Friday, April 27, 2007
Black Holes and Their Dad
Stephen Hawking isn't exactly the "father of black holes," though he is the scientist most people would probably think of when you mention black holes or cosmology (if they can think of any scientist at all). Hawking is probably the best known scientist since Albert Einstein, who also has a claim on paternity for black holes, and Hawking now also has a new claim to fame, since becoming this week the first disabled person to experience a zero-G flight (in an aircraft - he's hoping to make it to space in the next few years). Go Dr. Hawking!
Hawking isn't doing this just for the thrill of it (not that this wouldn't be a good enough reason). He's pushing hard for the idea of space as a backup plan for Earth, a favorite idea of many space advocates (myself included). Before his zero-G flight he was quoted as saying, "Many people have asked me why I am taking this flight. I am doing it for many reasons. First of all, I believe that life on Earth is at an ever increasing risk of being wiped out by a disaster such as sudden global warming, nuclear war, a genetically engineered virus, or other dangers. I think the human race has no future if it doesn't go into space. I therefore want to encourage public interest in space." Right on, Dr. Hawking!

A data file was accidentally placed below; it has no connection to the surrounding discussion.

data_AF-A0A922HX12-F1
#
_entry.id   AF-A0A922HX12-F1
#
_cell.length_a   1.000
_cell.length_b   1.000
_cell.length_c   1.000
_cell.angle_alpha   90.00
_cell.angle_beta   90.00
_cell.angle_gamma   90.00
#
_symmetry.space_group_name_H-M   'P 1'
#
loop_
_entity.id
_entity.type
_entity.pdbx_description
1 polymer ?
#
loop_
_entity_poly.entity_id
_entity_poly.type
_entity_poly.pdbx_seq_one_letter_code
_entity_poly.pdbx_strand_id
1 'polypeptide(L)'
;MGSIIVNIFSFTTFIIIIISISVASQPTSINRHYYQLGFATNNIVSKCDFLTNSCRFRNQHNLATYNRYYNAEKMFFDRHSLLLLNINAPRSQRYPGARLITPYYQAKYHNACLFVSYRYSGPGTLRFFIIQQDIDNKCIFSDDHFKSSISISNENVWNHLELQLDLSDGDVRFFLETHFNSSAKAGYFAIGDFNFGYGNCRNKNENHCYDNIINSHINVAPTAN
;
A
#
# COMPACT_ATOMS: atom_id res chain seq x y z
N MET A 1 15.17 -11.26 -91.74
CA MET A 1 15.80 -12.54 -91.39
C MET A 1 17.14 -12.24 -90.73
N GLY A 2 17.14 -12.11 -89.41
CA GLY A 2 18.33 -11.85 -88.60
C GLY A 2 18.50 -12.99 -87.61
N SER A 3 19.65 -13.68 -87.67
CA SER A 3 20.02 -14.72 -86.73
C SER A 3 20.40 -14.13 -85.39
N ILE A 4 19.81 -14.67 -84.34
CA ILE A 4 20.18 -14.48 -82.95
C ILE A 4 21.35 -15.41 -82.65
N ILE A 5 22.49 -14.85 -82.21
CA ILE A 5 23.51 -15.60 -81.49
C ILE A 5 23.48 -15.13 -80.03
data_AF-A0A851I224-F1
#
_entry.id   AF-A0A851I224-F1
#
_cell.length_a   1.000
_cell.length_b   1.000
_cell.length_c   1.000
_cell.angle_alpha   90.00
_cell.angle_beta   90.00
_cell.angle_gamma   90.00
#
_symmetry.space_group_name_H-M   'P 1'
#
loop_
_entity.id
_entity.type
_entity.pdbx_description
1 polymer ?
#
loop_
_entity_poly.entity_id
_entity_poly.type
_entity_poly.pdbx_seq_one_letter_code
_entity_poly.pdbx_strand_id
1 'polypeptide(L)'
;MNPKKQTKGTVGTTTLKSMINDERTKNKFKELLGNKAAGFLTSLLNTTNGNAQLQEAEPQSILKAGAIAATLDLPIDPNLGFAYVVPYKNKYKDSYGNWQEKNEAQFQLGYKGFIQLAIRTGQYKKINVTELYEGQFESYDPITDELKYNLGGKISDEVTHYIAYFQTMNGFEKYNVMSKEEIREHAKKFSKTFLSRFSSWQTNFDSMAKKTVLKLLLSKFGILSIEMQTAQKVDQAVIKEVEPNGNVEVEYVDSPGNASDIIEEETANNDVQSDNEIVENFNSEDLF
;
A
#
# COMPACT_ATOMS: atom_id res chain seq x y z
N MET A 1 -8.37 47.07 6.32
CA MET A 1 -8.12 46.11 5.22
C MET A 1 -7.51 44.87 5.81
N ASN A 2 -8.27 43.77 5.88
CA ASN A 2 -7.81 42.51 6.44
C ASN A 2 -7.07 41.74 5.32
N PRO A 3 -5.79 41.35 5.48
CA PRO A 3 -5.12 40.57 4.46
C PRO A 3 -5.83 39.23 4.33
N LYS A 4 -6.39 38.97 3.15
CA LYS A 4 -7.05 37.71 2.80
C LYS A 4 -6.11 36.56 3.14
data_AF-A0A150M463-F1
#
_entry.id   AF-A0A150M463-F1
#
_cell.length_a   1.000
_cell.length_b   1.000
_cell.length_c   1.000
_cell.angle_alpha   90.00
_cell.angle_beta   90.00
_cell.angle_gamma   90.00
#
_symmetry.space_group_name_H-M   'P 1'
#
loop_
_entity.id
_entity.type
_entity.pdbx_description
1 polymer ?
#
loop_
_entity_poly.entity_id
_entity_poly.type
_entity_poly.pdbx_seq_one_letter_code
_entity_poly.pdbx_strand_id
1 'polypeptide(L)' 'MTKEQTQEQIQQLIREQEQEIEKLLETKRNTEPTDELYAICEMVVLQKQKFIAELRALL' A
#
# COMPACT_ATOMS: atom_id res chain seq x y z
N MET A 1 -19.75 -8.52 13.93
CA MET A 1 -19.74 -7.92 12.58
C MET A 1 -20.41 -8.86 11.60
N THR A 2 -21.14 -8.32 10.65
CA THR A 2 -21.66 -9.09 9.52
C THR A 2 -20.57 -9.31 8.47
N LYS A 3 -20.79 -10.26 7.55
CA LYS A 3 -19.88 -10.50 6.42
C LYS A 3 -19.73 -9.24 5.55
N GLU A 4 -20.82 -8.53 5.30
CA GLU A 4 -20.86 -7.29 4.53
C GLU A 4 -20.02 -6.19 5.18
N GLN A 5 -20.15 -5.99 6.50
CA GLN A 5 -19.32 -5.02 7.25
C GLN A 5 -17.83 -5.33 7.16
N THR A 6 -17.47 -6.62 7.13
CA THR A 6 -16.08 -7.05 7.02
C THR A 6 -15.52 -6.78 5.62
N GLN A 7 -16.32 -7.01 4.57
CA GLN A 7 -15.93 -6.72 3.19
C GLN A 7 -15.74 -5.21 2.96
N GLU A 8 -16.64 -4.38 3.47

In honor of Dr. Hawking, and because I have to find some web-based activities for a group of Cub Scouts who will be rained out of looking through telescopes tomorrow night at an astronomy event, I found a really cool interactive activity to learn about black holes. This is a Flash-based activity at Hubblesite.org called Journey to a Black Hole. The interactive steps and animations on the journey give you an idea of the great distances involved in getting to either Cygnus X-1 (8100 light-years) or to the center of the Andromeda Galaxy (2.5 million light-years) to get up close and personal with a black hole. The site also includes a Black Hole Encyclopedia with great graphics and explanations, as well as direct links to some Flash-based black hole experiments. Cool!